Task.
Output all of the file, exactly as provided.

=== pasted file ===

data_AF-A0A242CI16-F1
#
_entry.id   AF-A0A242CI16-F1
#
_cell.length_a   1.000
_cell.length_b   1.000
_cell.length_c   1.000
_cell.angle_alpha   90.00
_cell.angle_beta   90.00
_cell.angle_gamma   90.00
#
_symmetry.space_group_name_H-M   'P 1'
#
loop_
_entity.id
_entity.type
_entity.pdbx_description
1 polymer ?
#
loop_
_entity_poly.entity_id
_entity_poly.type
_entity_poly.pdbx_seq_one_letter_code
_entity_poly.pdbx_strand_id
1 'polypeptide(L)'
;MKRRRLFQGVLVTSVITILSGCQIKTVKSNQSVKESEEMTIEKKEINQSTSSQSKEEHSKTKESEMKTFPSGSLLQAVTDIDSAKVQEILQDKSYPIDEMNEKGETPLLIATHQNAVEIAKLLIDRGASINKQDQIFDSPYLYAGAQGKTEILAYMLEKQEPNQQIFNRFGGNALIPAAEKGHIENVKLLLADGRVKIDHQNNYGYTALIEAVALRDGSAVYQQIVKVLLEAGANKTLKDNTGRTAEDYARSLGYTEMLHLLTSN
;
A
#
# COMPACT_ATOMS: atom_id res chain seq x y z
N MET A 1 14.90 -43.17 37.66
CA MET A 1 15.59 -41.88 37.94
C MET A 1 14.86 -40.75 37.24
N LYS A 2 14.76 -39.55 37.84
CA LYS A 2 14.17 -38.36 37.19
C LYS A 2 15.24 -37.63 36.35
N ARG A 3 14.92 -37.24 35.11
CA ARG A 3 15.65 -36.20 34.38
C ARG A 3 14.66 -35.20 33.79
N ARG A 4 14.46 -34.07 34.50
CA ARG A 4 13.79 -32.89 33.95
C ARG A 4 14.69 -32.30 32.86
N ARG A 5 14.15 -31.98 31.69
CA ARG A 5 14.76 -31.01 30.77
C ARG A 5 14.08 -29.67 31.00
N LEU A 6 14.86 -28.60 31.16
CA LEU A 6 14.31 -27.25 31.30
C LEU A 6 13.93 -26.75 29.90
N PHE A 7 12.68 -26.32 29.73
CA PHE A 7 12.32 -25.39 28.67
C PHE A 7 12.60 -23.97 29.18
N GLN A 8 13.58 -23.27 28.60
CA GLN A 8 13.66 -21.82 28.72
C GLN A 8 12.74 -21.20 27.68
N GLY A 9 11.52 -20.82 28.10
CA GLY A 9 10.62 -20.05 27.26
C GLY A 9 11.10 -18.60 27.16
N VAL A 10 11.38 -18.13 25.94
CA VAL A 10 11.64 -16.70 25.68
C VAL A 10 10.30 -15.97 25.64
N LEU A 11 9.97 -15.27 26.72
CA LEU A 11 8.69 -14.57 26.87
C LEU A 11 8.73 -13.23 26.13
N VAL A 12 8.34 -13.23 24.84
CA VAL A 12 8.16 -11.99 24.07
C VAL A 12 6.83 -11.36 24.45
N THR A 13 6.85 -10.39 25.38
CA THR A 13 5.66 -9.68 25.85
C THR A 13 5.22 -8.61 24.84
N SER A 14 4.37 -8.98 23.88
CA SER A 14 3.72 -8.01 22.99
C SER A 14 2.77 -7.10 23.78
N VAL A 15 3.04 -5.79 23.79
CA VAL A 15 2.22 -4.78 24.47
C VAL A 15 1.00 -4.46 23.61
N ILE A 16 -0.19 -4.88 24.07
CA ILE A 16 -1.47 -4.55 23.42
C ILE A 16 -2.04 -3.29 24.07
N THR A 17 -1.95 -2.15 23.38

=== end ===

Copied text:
data_AF-A0A242CI16-F1
#
_entry.id   AF-A0A242CI16-F1
#
_cell.length_a   1.000
_cell.length_b   1.000
_cell.length_c   1.000
_cell.angle_alpha   90.00
_cell.angle_beta   90.00
_cell.angle_gamma   90.00
#
_symmetry.space_group_name_H-M   'P 1'
#
loop_
_entity.id
_entity.type
_entity.pdbx_description
1 polymer ?
#
loop_
_entity_poly.entity_id
_entity_poly.type
_entity_poly.pdbx_seq_one_letter_code
_entity_poly.pdbx_strand_id
1 'polypeptide(L)'
;MKRRRLFQGVLVTSVITILSGCQIKTVKSNQSVKESEEMTIEKKEINQSTSSQSKEEHSKTKESEMKTFPSGSLLQAVTDIDSAKVQEILQDKSYPIDEMNEKGETPLLIATHQNAVEIAKLLIDRGASINKQDQIFDSPYLYAGAQGKTEILAYMLEKQEPNQQIFNRFGGNALIPAAEKGHIENVKLLLADGRVKIDHQNNYGYTALIEAVALRDGSAVYQQIVKVLLEAGANKTLKDNTGRTAEDYARSLGYTEMLHLLTSN
;
A
#
# COMPACT_ATOMS: atom_id res chain seq x y z
N MET A 1 14.90 -43.17 37.66
CA MET A 1 15.59 -41.88 37.94
C MET A 1 14.86 -40.75 37.24
N LYS A 2 14.76 -39.55 37.84
CA LYS A 2 14.17 -38.36 37.19
C LYS A 2 15.24 -37.63 36.35
N ARG A 3 14.92 -37.24 35.11
CA ARG A 3 15.65 -36.20 34.38
C ARG A 3 14.66 -35.20 33.79
N ARG A 4 14.46 -34.07 34.50
CA ARG A 4 13.79 -32.89 33.95
C ARG A 4 14.69 -32.30 32.86
N ARG A 5 14.15 -31.98 31.69
CA ARG A 5 14.76 -31.01 30.77
C ARG A 5 14.08 -29.67 31.00
N LEU A 6 14.86 -28.60 31.16
CA LEU A 6 14.31 -27.25 31.30
C LEU A 6 13.93 -26.75 29.90
N PHE A 7 12.68 -26.32 29.73
CA PHE A 7 12.32 -25.39 28.67
C PHE A 7 12.60 -23.97 29.18
N GLN A 8 13.58 -23.27 28.60
CA GLN A 8 13.66 -21.82 28.72
C GLN A 8 12.74 -21.20 27.68
N GLY A 9 11.52 -20.82 28.10
CA GLY A 9 10.62 -20.05 27.26
C GLY A 9 11.10 -18.60 27.16
N VAL A 10 11.38 -18.13 25.94
CA VAL A 10 11.64 -16.70 25.68
C VAL A 10 10.30 -15.97 25.64
N LEU A 11 9.97 -15.27 26.72
CA LEU A 11 8.69 -14.57 26.87
C LEU A 11 8.73 -13.23 26.13
N VAL A 12 8.34 -13.23 24.84
CA VAL A 12 8.16 -11.99 24.07
C VAL A 12 6.83 -11.36 24.45
N THR A 13 6.85 -10.39 25.38
CA THR A 13 5.66 -9.68 25.85
C THR A 13 5.22 -8.61 24.84
N SER A 14 4.37 -8.98 23.88
CA SER A 14 3.72 -8.01 22.99
C SER A 14 2.77 -7.10 23.78
N VAL A 15 3.04 -5.79 23.79
CA VAL A 15 2.22 -4.78 24.47
C VAL A 15 1.00 -4.46 23.61
N ILE A 16 -0.19 -4.88 24.07
CA ILE A 16 -1.47 -4.55 23.42
C ILE A 16 -2.04 -3.29 24.07
N THR A 17 -1.95 -2.15 23.38